**AC Voltmeter using Half wave Rectifier:**

AC Voltmeter using Half wave Rectifier – If a diode D_{1} is added to the dc voltmeter, as shown in Fig. 4.18, we have an ac voltmeter using half wave rectifier circuit capable of measuring ac voltages. The sensitivity of the dc voltmeter is given by

A multiple of 10 times this value means a 10 V dc input would cause exactly full scale deflection when connected with proper polarity. Assume D_{1} to be an ideal diode with negligible forward bias resistance. If this dc input is replaced by a 10 V rms sine wave input. The voltages appearing at the output is due to the +ve half cycle due to rectifying action.

The peak value of 10 V rms sine wave is

The dc will respond to the average value of the ac input, therefore

Since the diode conducts only during the positive half cycle, the average value over the entire cycle is one half the average value of 8.99 V, i.e. about 4.5 V.

Therefore, the pointer will deflect for a full scale if 10 V dc is applied and 4.5 V when a 10 Vrms sinusoidal signal is applied. This means that an ac voltmeter is not as sensitive as a dc voltmeter.

The value of the multiplier resistor can be calculated as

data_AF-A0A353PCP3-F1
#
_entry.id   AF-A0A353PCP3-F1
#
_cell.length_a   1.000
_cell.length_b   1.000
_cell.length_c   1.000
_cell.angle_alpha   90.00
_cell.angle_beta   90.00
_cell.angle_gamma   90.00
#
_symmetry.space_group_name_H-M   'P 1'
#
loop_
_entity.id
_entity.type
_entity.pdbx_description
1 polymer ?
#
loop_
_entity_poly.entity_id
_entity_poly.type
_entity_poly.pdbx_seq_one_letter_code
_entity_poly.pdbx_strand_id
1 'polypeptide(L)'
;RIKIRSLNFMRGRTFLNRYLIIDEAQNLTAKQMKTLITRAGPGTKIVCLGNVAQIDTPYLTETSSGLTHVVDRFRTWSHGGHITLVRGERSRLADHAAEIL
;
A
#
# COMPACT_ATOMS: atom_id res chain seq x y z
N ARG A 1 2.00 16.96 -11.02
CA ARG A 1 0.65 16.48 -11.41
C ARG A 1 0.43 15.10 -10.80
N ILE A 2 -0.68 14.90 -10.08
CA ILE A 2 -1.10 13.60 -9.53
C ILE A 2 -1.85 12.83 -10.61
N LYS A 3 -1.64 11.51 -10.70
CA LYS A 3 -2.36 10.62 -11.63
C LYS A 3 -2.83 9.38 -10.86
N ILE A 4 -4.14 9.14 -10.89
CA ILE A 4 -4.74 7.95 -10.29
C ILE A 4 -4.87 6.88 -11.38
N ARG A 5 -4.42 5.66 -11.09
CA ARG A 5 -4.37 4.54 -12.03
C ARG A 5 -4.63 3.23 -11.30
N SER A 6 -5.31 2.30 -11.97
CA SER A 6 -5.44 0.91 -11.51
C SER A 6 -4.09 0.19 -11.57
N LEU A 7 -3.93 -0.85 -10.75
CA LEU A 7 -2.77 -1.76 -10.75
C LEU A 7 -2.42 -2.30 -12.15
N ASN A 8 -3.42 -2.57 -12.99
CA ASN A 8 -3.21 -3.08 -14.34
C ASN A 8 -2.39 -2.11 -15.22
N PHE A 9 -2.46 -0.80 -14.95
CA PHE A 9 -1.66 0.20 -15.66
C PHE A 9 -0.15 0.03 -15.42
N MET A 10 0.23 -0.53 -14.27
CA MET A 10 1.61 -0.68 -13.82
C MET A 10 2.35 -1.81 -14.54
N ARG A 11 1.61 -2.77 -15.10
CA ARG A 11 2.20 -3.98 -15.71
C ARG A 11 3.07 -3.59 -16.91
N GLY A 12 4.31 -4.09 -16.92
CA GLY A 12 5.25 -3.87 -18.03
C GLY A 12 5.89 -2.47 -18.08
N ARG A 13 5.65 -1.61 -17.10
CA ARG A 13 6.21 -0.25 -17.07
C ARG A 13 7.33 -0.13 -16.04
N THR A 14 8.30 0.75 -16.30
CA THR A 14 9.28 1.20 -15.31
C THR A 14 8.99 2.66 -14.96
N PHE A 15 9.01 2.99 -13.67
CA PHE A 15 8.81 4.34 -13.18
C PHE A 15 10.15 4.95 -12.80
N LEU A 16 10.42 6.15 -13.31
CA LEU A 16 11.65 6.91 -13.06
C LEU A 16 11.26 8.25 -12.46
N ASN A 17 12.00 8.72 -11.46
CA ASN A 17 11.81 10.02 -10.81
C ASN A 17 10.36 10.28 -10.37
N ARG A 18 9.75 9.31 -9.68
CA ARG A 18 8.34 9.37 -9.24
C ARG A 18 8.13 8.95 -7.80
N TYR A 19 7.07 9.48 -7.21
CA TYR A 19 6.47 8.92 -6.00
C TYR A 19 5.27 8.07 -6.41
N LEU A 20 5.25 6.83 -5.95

**AC Voltmeter using Full wave Rectifier**

Consider the circuit shown in Fig. 4.20. The peak value of a 10 V rms signal is

Average value is

Therefore, we can see that a 10 V rms voltage is equal to a 9 V dc for full scale deflection, i.e. the pointer will deflect to 90% of full scale, or

**Sensitivity (ac) = 0.9 x Sensitivity (dc)**

**MultiRange AC Voltmeter**

Figure 4.22 is circuit for measuring ac voltages for different ranges. Resistances R_{1}, R_{2}, R_{3} and R_{4} form a chain of multipliers for voltage ranges of 1000 V, 250 V, 50 V, and 10 V respectively.

On the 2.5 V range, resistance R_{5} acts as a multiplier and corresponds to the multiplier R_{s} shown in Fig. 4.17.

R_{sh} is the meter shunt and acts to improve the rectifier operation.